MCHS alumnus Roselinh Crowe, gets around ten hours of sleep per night and dreams about once a week.

Crowe said, “I believe I dream more often, but I have a bad memory– sometimes I can’t remember a dream at all.”

Crowe’s dreams are typically the same. Even with similar dreams there can be a wide range of symbolism to analyze.

She said, “I mostly see things from the physical world in my dreams. Nothing crazy like goblins or fairies, just familiar environments and people I have seen before.”

Crowe keeps track of the dreams she wants to remember. She likes to write about dreams that have strange themes and vivid emotions.

Senior Samantha Esparza has great dream recall but does not write them down.

Esparza isn’t interested in analyzing all of her dreams because she believes they don’t mean much. In some cases if the dream stands out, she will analyze it to figure out what she is feeling.

Esparza said, “I’ve had confusing dreams. I sometimes dream of people that I haven’t seen in a while or even strangers.”

Esparza’s dreams relate to how her days went. If she had a bad day, her dream will be negative and vice versa. When Esparza looks into their meanings, her dreams help her work through challenges and bad days.

Esparza looks forward to dreaming because they will sometimes provide her hope for the future and strength for her everyday life.

She said, “I think dreams portray new beginnings and a distraction from everyday activities. You can go to bed and dream during the night and wake up feeling fresh to start the next day.”

Senior Alexxander Gutierrez dreams about once a week and occasionally remembers his dreams. Most of them involve his friends or family.

He said, “I usually lose the people around me by walking away or them dying.”

Gutierrez believes his dreams have to do with his mental state. Unresolved fears and feelings will continue to appear in dreams until they have been worked through. In this case, Gutierrez has unresolved abandonment issues.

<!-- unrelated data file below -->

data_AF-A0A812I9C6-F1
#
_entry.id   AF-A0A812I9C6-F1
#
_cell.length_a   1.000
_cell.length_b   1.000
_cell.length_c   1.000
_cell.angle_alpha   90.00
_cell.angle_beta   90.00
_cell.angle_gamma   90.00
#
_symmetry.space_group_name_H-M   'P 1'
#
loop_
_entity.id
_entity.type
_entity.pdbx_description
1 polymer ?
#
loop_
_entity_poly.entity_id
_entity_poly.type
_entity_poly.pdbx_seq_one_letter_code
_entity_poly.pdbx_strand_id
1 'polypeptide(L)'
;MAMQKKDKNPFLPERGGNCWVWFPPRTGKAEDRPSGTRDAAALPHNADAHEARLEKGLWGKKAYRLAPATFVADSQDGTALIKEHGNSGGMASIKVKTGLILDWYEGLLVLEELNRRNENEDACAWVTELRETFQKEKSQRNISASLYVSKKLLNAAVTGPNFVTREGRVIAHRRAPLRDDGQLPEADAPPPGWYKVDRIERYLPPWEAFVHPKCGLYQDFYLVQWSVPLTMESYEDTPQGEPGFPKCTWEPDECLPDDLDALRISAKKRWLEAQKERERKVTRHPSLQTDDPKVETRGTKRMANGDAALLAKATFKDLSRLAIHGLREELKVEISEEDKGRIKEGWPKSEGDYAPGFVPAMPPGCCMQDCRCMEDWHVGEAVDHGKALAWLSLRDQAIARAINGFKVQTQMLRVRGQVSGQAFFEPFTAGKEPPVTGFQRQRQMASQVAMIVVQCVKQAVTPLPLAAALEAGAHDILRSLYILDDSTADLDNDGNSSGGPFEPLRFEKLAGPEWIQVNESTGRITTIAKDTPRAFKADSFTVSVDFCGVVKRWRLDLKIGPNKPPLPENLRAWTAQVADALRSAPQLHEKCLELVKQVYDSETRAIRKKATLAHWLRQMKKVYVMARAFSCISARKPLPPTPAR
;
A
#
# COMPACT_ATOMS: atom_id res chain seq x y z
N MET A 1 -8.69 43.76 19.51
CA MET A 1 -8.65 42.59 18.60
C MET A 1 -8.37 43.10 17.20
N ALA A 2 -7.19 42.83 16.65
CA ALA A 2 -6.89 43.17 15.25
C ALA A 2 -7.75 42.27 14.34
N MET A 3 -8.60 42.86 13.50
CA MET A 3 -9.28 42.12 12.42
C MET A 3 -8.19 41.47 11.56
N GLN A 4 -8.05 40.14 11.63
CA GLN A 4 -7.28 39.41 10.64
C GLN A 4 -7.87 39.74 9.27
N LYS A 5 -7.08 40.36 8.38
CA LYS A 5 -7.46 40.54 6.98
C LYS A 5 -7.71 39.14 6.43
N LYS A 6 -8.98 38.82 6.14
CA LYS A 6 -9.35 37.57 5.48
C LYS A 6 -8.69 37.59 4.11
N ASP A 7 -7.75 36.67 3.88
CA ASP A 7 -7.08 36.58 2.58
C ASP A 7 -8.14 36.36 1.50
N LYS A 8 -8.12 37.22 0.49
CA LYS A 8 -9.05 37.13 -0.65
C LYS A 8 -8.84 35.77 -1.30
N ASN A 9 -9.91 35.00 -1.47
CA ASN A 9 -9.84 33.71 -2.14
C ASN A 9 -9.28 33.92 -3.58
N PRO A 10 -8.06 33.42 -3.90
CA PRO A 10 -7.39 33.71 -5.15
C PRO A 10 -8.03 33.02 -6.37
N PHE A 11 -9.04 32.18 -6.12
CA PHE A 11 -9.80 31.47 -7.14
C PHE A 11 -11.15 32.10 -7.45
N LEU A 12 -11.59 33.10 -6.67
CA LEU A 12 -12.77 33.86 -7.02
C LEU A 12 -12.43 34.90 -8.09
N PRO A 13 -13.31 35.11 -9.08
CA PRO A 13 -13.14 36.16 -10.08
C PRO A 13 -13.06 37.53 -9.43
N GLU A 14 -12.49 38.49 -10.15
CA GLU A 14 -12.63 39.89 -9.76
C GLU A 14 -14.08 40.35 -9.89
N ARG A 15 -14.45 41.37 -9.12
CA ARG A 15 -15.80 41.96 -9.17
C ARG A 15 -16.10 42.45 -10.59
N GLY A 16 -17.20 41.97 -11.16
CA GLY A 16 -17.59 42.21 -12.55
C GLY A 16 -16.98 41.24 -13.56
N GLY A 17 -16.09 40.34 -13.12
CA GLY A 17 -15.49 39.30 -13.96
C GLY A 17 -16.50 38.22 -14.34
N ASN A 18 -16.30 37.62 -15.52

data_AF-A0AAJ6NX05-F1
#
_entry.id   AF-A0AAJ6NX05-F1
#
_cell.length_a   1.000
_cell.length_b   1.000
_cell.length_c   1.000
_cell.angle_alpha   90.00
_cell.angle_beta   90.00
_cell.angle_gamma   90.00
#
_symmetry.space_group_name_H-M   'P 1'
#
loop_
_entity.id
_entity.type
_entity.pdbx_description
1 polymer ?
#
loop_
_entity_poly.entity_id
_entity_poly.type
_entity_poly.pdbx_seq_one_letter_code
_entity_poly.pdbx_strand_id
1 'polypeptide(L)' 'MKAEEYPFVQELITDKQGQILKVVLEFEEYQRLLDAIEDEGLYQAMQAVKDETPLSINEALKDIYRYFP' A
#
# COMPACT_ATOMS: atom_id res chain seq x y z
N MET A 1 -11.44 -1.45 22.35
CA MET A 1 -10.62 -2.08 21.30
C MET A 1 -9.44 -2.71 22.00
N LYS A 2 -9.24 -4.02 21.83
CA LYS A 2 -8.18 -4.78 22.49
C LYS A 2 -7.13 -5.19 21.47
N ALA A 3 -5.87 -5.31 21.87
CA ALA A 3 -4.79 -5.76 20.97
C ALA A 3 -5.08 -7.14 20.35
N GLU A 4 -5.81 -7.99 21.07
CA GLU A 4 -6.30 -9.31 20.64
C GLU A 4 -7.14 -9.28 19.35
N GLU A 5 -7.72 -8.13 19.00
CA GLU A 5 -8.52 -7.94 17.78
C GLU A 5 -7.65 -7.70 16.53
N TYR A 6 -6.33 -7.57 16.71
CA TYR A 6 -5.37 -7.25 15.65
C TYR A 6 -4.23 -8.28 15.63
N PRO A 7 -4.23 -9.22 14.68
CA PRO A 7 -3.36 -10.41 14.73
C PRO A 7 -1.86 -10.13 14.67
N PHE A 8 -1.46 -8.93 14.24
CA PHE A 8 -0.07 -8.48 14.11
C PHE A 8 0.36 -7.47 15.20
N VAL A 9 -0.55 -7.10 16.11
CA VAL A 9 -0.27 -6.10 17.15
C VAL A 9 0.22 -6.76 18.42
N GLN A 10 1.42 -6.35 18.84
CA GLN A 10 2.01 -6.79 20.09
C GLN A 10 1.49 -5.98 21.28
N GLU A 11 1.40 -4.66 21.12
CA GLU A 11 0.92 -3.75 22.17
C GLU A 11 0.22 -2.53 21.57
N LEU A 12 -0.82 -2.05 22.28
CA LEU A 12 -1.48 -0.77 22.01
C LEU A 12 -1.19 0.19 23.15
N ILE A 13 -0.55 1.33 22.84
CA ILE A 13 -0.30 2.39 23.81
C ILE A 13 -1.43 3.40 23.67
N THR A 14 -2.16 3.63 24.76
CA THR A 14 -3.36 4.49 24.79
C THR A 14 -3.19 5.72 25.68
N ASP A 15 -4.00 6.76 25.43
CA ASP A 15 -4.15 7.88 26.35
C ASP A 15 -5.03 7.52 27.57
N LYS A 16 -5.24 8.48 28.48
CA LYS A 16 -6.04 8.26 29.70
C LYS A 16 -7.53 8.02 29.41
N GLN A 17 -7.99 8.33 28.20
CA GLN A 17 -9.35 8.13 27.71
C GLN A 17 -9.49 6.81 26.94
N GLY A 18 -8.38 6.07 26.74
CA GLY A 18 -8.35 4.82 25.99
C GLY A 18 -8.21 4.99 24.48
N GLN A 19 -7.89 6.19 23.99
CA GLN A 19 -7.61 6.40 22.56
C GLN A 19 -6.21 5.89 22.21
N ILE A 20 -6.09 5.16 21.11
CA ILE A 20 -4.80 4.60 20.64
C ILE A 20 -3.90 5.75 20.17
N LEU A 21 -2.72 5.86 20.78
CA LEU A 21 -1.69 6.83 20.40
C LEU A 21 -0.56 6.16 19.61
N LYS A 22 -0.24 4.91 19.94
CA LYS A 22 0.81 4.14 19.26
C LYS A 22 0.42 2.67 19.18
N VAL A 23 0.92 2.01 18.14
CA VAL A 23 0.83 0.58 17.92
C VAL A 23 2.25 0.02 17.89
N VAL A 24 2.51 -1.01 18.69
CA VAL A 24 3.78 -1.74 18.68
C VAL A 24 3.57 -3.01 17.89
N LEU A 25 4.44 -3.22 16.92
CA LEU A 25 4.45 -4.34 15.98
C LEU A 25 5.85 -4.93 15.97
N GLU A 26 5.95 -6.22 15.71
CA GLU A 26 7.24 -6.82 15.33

He said, “The ones that deal with my loneliness are probably connected to it [anxiety or depression] or the ones that make me feel overwhelmed.”

Along with themes of abandonment, Gutierrez tends to have dreams where he has done something wrong. When he has these types of dreams, he feels uncomfortable at first but uses them to learn about his insecurities.

Gutierrez said, “Sometimes I can find solutions to my problems in dreams and maybe even think of an idea from them.”

Experts think dreams help us prepare for challenges we might face during the day along with aiding memory retention.

Foster-Young said, “They [experts] don’t really know, but if you study before going to sleep your brain will integrate your knowledge. It helps processing but scientists are still figuring out its purpose.”

Regardless of why we dream, we can use them to our advantage. Writing them down, learning about symbolism, and applying the symbols to our own experiences and emotions can help you have a better understanding of yourself.

Crowe said, “I think the mind is very powerful and dreams can be the subconscious communicating with the conscious mind.”